As a Life Purpose and Career Coach I get to work with people who are feeling stuck, lost, or as though they are just going through the motions. Some of them feel bad about where they’re at, like they are subjecting me to this horrible fate they are stuck with and they shouldn’t have hired me in the first place because their misery will just bring me down. I find this hilarious. For one, the client isn’t giving themselves much credit for how much work they’ve already done just by committing to hiring a coach. For two, the farther down the rabbit hole you are (as one client likes to say), the more satisfying it will be for me to help guide you out of there.
Working with someone who feels lost is also a great privilege, because it means I often get to be there when the clouds start to part and the sun starts shining. While it may not be fun for the client at first, as the coach I can see what lies ahead. It’s incredibly exciting. One of the best gifts you can give me as a coach is a look of hope dawning across your face. It’s like you just found where you are on the map and it all makes sense again. Some people want to just hunker down right there and call it a day. “I know where I am! I can just stay here and I’ll be safe!” Personally I wouldn’t want to live at the border of the US and Mexico just because I know where it is. I need a reason to stay there. And it better be good!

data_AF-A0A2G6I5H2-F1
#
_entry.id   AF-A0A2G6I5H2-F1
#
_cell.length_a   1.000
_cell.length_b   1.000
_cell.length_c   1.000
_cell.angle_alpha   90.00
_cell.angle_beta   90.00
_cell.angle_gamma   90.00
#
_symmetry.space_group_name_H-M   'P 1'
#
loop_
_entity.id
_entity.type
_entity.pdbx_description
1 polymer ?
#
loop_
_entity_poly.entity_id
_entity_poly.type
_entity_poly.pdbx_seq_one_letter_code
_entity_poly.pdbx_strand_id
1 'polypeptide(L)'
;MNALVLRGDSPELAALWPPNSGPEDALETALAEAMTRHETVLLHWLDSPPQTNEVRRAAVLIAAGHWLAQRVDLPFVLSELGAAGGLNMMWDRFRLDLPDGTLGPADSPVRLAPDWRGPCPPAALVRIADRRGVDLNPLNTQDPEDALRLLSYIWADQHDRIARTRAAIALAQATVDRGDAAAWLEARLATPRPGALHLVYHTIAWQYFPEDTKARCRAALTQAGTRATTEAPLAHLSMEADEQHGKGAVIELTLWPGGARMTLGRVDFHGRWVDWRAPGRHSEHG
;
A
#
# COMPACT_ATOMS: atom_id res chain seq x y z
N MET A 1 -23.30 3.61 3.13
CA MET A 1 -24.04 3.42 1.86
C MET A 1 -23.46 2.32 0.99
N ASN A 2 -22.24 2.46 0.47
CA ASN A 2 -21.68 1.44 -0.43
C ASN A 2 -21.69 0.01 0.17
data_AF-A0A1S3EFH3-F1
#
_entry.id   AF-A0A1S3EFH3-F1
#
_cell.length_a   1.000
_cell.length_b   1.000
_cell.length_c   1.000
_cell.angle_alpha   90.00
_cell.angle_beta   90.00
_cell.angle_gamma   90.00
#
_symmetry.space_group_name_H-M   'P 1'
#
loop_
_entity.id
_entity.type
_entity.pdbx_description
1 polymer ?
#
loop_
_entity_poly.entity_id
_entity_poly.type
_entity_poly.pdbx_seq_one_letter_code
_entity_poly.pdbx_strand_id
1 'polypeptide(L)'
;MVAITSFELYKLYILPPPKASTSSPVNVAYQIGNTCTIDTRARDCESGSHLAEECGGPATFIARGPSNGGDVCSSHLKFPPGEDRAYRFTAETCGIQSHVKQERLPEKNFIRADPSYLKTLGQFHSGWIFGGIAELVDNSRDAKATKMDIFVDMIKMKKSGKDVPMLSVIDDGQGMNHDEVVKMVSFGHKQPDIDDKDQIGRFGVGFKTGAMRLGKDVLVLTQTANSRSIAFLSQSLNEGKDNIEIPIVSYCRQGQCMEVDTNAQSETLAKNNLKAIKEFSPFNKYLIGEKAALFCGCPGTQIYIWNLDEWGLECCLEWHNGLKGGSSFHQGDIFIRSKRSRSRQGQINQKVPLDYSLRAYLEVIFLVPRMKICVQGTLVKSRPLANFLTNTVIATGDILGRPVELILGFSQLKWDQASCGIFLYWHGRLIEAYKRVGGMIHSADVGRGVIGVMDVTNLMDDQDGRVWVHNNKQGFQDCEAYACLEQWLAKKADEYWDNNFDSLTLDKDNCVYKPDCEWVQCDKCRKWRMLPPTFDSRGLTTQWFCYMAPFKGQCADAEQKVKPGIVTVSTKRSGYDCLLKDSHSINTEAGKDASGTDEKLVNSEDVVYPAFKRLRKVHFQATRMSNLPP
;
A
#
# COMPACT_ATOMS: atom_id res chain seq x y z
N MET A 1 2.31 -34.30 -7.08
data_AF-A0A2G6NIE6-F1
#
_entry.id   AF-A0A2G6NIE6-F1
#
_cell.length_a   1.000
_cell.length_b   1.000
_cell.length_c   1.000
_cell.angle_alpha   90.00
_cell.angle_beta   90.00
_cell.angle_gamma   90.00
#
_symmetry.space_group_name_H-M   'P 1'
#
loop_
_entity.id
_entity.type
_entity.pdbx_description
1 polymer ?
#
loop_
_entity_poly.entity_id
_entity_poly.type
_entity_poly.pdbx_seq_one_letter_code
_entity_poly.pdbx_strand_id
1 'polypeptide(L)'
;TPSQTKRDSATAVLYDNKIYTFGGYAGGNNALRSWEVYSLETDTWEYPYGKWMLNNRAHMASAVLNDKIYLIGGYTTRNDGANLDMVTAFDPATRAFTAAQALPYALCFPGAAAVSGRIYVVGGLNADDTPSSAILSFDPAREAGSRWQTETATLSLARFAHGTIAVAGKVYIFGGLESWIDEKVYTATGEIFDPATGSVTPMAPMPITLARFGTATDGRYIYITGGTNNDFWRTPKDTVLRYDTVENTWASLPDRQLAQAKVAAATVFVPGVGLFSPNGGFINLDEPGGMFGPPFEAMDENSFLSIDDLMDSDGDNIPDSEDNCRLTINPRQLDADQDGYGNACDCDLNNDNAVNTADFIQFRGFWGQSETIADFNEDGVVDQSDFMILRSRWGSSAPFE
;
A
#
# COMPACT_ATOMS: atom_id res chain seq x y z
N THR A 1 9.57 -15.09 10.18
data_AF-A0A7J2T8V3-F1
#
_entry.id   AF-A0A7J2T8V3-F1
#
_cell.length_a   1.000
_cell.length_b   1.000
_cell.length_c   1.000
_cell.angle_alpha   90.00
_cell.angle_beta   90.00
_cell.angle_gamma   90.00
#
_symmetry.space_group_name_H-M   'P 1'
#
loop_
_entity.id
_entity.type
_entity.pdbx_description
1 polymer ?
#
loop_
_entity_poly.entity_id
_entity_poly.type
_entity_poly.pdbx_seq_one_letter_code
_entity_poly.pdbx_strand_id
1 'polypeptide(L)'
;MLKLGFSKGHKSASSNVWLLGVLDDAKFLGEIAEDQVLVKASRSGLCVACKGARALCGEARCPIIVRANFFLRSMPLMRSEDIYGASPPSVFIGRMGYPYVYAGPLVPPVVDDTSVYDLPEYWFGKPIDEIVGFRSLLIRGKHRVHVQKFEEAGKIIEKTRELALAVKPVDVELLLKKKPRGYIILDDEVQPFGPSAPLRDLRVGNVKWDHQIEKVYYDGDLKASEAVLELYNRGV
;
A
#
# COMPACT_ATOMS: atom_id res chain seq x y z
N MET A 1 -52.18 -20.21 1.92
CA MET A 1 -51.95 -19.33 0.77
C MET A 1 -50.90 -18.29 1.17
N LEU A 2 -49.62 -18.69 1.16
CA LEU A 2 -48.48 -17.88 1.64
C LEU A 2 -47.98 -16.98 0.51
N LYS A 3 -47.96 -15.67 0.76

But it’s tempting to live in that space of potential, that Maybe I Could Do _______! When you live there you never get saddled with the fear of failure that comes with trying. This may sound weird coming from a coach, but I don’t want you to live your potential. I want you to live your real life dreams. As messy as they may be.
You’ll have to ask yourself hard questions, which you were probably hoping were left behind once you realized what you really wanted to do. Questions like “Am I really any good at ________ (law, petting zoo ownership, whatever). And maybe even “What was I thinking?!” But of course, the success is in the trying. The success is in the “failing” at whatever you thought you’d like to do, but you realize something big about yourself in the process. The success is the pride that comes with figuring it out. And the success is learning to have fun and relax, even when you know you’re going to have to try something else. That’s the Life Purpose Process, if you ask me.
So get lost. Go ahead. Screw up a little. And when you are really ready to discover your purpose, your joy and vocation, give me a call. Bring your misery, your confusion, your lost dreams. Bring your fear of failure and fear of success. We can unpack that too. I look forward to climbing up the rabbit hole with you.
"A life purpose is not a point in time and space; it is not a goal or something to do. Feeling whole and complete would not come from any action, IT IS THE PATH ITSELF AND ANY STEP TAKEN IN IT. The deepest part of it lays in the magic of being present, resting and fully BEING in ALL there is. Free to be your true nature."- Homaya Amar from www.homayaamar.com
Career Clarity Now